The new millennium brought a great deal of change in the marketplace. As the financial scandals of the 1990s came to light, new regulations were drafted and put into place to avoid such occurrences in the future. U.S. financial institutions must comply with the Sarbanes-Oxley Act, which came on the heels of the Enron scandal, and the portions of the Basel II accords, which address the global impact of a credit crisis.

Most companies are already reviewing and documenting what processes to implement in order to meet the requirements of Sarbanes-Oxley regulations. Compliance is required this year. Financial regulators in the United States are adopting only some of the Basel II accords – but the adopted areas are very complicated. Institutions with $250 billion in assets or more than $10 billion of total foreign exposure on their balance sheet are required to comply. The compliance date for Basel II is 2007.

Applying Six Sigma to These Regulations

So how does Six Sigma apply to understanding and managing risk and complying with these regulations? Should the compliance effort be simply an audit task or should it be a best practice strategy?

Companies which do not have a framework in place to execute continuous process improvement are likely to treat Sarbanes-Oxley and Basel II requirements as a one-time project (a project which just integrates the minimum requirements of the regulations) or as one more just-in-time audit activity. But if a company makes compliance a best practices strategy, then that means alignment across the organization for people, processes and technology. Hence, Sarbanes-Oxley and Basel II become a part of the risk management philosophy that uses the best aspects of Lean Six Sigma.

Risk management is a discipline historically thought of as a way to avoid problems, not create new solutions. In a Lean Six Sigma culture, risk management issues become a way of improving processes and transcending functional tasks to allow for an improved customer experience.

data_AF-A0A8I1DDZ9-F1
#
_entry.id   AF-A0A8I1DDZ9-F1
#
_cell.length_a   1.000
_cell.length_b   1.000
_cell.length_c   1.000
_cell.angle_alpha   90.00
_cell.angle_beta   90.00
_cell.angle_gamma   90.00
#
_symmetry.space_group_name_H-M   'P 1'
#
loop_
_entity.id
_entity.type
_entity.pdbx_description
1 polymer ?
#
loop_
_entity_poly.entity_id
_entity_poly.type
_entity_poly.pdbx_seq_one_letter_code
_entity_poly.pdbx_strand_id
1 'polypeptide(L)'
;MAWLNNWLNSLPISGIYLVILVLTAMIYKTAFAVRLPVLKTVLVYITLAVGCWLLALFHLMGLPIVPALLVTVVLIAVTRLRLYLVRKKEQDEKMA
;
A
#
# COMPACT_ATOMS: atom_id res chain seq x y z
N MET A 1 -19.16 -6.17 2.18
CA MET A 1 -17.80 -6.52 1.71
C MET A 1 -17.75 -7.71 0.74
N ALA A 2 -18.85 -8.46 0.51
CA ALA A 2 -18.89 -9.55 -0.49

The illustration below depicts how a company can best address its risk management capabilities. At the lowest levels of the continuous process improvement curve, companies are simply monitoring compliance requirements and being reactive at best. As a company moves up the curve, its ability to utilize Lean Six Sigma tools to address risk management capabilities increases. From a cultural perspective, the organization changes from one that is event-driven and constantly putting out fires, to one that utilizes an effective and proactive approach in a “project way of life,” and finally reaches the highest level where a Six Sigma culture attains a “process way of life.”

Continuous Process Improvement Curve
Continuous Process Improvement Curve

Treating Risk Management Like a Process

So what are the Lean Six Sigma tools that can best be applied to the risk management arena and help a financial institution gain competitive advantage in the process? There are just as many tools in the Lean Six Sigma tool kit as there are applications to the risk management process. The reason: To be successful risk management needs to be treated like a process just like mortgage loans and item processing. A great place to start making this happen is giving risk management an equal place in the strategy of the company. Some of the most successful customer-focused companies, such as Hewlett Packard, Xerox and Bank of America, do strategy in a Six Sigma way through Hoshin Kanri.